• 99D: "We Got the Beat" group (Go-Go's) - First albums I ever bought on my own, in a record store, without my parents present, were "Beauty and the Beat" by [the] Go-Go's and "Don't Say No" by Billy Squier. This was a Wherehouse Records in the Fashion Fair mall in Fresno, CA, circa 1981, in case my future biographer wants to know.

Smiley faces:

  • 106A: Adam Sandler's "Spanglish" co-star (Téa Leoni) - a name built for crosswords.
  • 24D: Manx trait (no tail) - so cute. I was briefly frustrated, wondering why "BOB TAIL" wouldn't fit.
  • 101D: "The Night Cafe" was painted there (Arles) - I got this with no crosses in place. I am no art expert, but if you do enough crossword puzzles, your brain starts to make connections instinctively. "Night Cafe" - Van Gogh - Arles.
  • 105D: Frizzy coif (afro) - return of the 'fro. There was a Jimi Hendrix clue, a couple days back, whose answer was also AFRO. That answer inspired this drawing by reader Emily Jo Cureton:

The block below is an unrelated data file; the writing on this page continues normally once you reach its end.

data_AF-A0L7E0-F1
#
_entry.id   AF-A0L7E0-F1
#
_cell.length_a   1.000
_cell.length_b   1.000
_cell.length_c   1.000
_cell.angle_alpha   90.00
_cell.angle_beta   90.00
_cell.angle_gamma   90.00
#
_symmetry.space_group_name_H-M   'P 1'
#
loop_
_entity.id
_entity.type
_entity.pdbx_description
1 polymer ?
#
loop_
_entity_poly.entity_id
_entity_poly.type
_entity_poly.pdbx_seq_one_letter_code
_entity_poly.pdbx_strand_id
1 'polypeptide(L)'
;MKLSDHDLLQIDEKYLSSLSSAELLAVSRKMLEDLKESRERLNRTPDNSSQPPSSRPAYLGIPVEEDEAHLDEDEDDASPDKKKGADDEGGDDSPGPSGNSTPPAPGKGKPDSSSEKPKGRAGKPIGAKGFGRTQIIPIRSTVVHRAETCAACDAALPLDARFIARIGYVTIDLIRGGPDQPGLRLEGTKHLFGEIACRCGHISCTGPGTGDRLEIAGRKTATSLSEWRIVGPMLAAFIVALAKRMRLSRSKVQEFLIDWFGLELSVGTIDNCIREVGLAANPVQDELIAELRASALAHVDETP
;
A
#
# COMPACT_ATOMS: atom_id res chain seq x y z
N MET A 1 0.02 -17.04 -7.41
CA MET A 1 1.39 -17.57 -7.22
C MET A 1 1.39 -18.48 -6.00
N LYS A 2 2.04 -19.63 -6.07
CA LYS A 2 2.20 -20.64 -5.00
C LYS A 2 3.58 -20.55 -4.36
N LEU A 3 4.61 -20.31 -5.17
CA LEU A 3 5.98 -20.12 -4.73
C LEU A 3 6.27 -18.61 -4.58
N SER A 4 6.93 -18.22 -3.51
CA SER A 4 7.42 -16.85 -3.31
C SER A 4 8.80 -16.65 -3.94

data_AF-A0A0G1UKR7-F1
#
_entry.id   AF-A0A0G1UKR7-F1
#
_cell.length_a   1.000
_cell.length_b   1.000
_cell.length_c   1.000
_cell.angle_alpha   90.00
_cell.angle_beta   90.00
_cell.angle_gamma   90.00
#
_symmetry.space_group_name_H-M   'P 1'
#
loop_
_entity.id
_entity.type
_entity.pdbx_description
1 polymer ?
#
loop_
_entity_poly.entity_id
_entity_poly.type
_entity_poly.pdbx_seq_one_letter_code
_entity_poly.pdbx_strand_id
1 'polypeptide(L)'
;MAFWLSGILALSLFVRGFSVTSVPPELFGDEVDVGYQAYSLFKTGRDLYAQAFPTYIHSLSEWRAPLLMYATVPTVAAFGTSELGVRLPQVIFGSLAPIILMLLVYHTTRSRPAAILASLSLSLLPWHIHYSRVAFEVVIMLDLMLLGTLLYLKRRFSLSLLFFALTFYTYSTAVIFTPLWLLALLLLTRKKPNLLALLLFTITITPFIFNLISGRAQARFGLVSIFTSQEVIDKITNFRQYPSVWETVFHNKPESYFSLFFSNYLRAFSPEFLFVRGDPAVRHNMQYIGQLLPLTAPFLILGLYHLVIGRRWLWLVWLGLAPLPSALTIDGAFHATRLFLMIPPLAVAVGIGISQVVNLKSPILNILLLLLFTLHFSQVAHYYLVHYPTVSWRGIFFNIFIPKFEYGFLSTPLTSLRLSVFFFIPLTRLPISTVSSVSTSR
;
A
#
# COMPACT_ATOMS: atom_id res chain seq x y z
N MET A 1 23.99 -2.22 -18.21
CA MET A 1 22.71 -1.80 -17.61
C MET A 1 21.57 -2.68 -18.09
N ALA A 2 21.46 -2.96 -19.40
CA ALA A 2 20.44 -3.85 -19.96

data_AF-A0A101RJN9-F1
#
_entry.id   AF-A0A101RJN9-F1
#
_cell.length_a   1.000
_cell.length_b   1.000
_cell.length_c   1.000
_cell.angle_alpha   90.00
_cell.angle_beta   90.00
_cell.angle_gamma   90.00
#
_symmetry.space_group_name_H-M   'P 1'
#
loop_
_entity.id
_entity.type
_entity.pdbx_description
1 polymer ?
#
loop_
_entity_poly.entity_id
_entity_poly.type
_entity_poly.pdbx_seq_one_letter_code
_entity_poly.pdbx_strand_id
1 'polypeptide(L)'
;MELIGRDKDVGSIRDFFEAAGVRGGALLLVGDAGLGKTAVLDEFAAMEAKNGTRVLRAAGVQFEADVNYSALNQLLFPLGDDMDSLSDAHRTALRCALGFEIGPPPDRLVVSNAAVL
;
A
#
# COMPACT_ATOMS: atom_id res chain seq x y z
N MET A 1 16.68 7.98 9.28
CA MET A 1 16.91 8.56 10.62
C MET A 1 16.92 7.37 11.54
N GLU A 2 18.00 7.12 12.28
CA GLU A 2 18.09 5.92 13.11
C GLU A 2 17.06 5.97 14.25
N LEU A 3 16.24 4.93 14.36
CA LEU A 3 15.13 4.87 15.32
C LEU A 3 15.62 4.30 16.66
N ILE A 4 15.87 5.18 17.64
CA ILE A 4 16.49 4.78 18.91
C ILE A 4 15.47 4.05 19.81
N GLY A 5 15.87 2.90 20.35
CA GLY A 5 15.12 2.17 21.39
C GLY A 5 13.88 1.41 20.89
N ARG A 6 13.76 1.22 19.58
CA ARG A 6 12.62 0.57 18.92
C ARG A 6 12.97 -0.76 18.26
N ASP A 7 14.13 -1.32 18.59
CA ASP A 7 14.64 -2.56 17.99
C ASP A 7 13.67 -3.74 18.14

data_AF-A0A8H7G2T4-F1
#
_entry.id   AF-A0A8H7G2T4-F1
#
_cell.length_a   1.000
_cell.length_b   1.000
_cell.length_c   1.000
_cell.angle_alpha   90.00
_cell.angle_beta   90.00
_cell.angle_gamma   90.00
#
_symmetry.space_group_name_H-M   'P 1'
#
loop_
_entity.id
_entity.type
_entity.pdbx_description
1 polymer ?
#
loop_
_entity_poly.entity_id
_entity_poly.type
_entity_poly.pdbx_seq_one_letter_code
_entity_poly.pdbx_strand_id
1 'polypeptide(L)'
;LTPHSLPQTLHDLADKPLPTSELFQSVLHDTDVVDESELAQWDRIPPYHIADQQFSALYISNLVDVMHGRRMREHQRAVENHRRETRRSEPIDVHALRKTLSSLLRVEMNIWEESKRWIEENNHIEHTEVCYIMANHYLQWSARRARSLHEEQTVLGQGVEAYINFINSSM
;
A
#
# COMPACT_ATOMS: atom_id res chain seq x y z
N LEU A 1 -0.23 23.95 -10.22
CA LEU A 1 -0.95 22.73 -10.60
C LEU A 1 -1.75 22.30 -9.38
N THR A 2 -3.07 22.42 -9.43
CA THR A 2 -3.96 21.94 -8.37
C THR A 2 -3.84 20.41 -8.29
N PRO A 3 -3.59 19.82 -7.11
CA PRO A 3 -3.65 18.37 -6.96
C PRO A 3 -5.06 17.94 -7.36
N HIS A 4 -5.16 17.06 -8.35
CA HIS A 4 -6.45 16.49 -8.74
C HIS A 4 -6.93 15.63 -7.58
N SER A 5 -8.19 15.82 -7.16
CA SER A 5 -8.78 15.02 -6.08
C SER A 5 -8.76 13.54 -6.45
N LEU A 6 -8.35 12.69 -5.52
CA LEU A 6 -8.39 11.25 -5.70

Here is her website:

emilyjocureton.com

I don't normally volunteer to give free publicity to readers, but her work makes me so happy that I can't help myself - here are the other drawings in the series so far. This one is Orange's favorite:


And this is my wife's favorite:


Signed, Rex Parker, King of CrossWorld

52 comments:

Anonymous 8:55 AM  

Weena is the female Eloi character in "The Time Machine". Yvette Mimieux played her in the movie.

Anonymous 9:58 AM  

A very enjoyable Sunday puzzle that shoulda been constructed by Jon dELFin.

mac 10:02 AM  

Wasn't too bad, and I had to do it on a long flight without reference books, google or Rex to help me! Missed the S in 8AandD. When I just started out, without reading crosses, I wanted "A horse" for 3 down......

billnutt 10:20 AM  

In THE TIME MACHINE, Weena was the name of the female Eloi that the Time Traveller meets.

I've long contended that, if you were a heterosexual male between ages 15 and 30 in the 1980s, you had a crush on at least one Go-Go and at least one Bangle. For me, those were Jane Wiedlin and Susanna Hoffs, respectively. Hubba-hubba...